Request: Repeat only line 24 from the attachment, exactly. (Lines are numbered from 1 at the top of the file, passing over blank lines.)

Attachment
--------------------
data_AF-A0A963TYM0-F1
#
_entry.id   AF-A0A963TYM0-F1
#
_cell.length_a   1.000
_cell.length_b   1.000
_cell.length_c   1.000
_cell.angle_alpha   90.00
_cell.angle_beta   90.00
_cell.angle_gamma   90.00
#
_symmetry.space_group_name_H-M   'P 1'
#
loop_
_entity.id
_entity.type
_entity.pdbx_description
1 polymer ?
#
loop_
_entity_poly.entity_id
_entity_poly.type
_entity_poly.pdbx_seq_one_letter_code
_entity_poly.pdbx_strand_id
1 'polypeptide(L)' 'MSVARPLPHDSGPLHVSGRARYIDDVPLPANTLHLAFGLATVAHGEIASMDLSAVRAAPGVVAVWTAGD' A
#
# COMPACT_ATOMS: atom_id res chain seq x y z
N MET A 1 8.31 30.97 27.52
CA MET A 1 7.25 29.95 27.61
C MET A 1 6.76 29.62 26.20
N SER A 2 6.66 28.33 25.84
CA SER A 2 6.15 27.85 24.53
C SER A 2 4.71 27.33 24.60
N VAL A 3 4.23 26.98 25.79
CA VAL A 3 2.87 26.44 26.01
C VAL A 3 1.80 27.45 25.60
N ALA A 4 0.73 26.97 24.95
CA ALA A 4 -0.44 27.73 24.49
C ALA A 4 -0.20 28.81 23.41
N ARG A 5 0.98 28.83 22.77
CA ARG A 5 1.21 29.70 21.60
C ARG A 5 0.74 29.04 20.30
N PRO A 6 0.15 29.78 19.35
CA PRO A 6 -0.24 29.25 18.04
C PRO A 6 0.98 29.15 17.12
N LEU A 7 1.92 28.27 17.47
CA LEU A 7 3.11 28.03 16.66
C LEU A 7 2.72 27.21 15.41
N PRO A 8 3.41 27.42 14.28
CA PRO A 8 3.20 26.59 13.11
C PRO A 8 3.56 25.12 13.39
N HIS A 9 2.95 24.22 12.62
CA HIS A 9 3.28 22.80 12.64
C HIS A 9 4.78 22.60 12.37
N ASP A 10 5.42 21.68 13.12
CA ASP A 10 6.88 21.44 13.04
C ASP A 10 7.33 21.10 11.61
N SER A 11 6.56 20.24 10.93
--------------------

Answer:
_entity_poly.pdbx_strand_id